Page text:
Andrea’s life was struck by tragedy – but she is determined to run the Virgin London Marathon to help others overcome isolation and loneliness.
Lots of people fundraising for charity have ‘a story’ – I never ever imagined that I would become one of those people. One phone call, on what had been an ordinary day in July 2017, ripped my whole world apart. The worst, most unimaginable thing happened when I suddenly lost my wonderful husband Stan in a tragic accident. My entire life was turned upside down and my teenage daughter and I lost the most important person in our lives. My life had changed forever.
The following days, weeks and months have without question been the worst of my life, not only dealing with my own grief but trying to support my daughter through hers. I soon realised that if I didn’t focus on something to drag me back to some kind of normality, I would self-destruct from the pain. It was this hurt, anger and at times desperation that forced me to put my running shoes back on. With the support of my ‘running family’ at Marple Runners in Stockport, I was able to channel my grief into running. Running became my outlet.
Stan was always supportive of my running exploits, often coming along to cheer me on at events. Each year when I got a rejection letter from the London Marathon ballot, he would see my disappointment and urge me not to give up, saying that one year I would definitely get a place. So when the opportunity recently came up for me to finally run at London, and for a charity whose work is close to both mine and Stan’s hearts, I grabbed it with both hands.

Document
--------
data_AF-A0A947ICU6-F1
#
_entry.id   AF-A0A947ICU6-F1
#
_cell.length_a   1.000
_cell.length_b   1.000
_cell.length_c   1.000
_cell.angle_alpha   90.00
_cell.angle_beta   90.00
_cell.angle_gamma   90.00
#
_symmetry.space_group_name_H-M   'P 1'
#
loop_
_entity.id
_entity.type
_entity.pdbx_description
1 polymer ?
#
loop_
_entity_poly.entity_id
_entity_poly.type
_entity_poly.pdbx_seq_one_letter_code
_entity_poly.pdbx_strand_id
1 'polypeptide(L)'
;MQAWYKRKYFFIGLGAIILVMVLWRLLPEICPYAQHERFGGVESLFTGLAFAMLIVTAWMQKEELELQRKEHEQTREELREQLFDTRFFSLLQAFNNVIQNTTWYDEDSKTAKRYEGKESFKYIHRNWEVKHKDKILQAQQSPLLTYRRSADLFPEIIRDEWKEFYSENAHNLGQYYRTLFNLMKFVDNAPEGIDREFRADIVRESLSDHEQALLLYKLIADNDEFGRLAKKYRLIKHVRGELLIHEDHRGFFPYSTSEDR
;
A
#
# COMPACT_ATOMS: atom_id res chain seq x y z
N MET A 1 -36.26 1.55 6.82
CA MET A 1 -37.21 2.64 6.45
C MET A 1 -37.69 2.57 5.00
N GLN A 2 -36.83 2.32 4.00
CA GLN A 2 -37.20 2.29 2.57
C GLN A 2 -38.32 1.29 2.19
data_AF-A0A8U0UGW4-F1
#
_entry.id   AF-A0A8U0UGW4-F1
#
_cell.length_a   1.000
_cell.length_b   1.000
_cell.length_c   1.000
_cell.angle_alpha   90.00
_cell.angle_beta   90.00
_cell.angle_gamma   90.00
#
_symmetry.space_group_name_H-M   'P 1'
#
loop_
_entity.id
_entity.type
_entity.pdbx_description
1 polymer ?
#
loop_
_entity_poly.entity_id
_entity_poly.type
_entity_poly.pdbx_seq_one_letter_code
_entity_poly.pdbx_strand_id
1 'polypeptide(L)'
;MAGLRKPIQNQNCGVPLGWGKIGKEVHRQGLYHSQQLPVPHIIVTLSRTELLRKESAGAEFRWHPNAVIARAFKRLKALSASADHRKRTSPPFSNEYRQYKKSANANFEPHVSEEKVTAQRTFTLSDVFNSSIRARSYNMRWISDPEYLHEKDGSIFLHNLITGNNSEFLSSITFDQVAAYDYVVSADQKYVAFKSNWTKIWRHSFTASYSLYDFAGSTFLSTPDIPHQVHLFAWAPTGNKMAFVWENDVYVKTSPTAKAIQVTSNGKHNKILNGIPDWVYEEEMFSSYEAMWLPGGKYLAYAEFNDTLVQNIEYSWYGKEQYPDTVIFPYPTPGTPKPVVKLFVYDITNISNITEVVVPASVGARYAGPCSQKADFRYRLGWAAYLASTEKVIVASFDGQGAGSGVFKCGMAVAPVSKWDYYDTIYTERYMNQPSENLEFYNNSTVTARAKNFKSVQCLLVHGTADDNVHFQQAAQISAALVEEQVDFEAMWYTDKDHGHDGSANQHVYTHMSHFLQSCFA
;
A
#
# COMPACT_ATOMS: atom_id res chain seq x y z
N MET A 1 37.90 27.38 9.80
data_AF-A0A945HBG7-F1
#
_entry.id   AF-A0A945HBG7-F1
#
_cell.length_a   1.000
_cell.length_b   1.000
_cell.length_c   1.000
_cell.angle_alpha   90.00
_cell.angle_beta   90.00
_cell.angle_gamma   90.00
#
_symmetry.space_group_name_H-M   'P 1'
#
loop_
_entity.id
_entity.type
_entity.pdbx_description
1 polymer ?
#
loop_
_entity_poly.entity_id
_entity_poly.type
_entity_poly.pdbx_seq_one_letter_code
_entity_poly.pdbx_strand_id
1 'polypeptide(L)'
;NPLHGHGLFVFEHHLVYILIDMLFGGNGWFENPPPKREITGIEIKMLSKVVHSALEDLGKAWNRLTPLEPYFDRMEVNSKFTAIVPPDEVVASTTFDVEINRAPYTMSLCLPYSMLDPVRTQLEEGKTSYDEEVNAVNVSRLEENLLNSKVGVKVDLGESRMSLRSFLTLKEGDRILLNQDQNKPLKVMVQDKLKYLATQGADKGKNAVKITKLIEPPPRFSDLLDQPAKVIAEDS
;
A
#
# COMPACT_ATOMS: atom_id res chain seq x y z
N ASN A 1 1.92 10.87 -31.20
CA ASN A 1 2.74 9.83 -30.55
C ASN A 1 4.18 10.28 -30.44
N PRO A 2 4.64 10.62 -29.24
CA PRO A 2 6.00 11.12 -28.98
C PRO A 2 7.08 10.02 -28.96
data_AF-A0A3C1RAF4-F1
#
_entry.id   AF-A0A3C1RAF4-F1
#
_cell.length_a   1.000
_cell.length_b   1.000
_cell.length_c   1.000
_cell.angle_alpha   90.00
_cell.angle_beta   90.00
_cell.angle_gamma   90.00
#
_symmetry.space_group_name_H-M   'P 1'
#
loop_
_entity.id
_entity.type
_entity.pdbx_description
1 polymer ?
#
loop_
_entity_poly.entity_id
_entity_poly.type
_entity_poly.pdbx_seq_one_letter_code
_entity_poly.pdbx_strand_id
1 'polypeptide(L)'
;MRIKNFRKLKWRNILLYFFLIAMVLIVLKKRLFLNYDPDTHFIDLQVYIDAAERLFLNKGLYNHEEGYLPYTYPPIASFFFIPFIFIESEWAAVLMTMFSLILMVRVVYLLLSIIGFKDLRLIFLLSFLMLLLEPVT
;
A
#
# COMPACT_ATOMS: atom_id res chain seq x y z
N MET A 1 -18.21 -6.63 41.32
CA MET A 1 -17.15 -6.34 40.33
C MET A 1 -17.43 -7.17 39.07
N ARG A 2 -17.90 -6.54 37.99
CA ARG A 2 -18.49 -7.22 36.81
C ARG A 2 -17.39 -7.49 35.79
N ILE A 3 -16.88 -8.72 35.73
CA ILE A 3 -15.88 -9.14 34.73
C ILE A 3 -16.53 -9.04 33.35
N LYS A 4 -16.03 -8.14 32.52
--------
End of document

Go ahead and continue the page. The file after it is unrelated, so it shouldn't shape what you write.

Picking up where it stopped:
It’s sadly ironic that the first person I wanted to tell about my marathon place was no longer there to share my fantastic news. I’m sure you can imagine how heartbreaking this was for me, but this only makes me more determined to run the race of my life and raise as much money as possible in his memory. Stan was also a strong believer in people having the best opportunities in life irrespective of their disabilities and I know he would want me to help raise awareness and funds for such a deserving charity. All in all, I feel this run was meant to be.
I’m running for Livability, the disability charity that connects people with their communities. They provide a variety of services across the UK which help reduce social isolation and tackle the barriers that disabled and vulnerable people face in their lives. Their valuable services include residential care, independent and supported living, rehabilitation centres and wellbeing discovery programmes.
It hurts more than I could ever have imagined that my Stan won’t be there to cheer me on, but I know he would have been incredibly proud of me. I hope I will make him proud by running what will no doubt be the hardest and most emotional race of my life.
I’ve worked with vulnerable people for many years as a support worker, so I know how important it is for disabled people to be a part of society and to connect with their community. I’m passionate about promoting independence and building both skills and confidence with the individuals I support. It’s important to me that everybody has an equal opportunity to enjoy life and fulfil it, regardless of any constraints they may have.
Livability wishes Andrea – and all our marathon runners – the very best with their training and London Marathon run.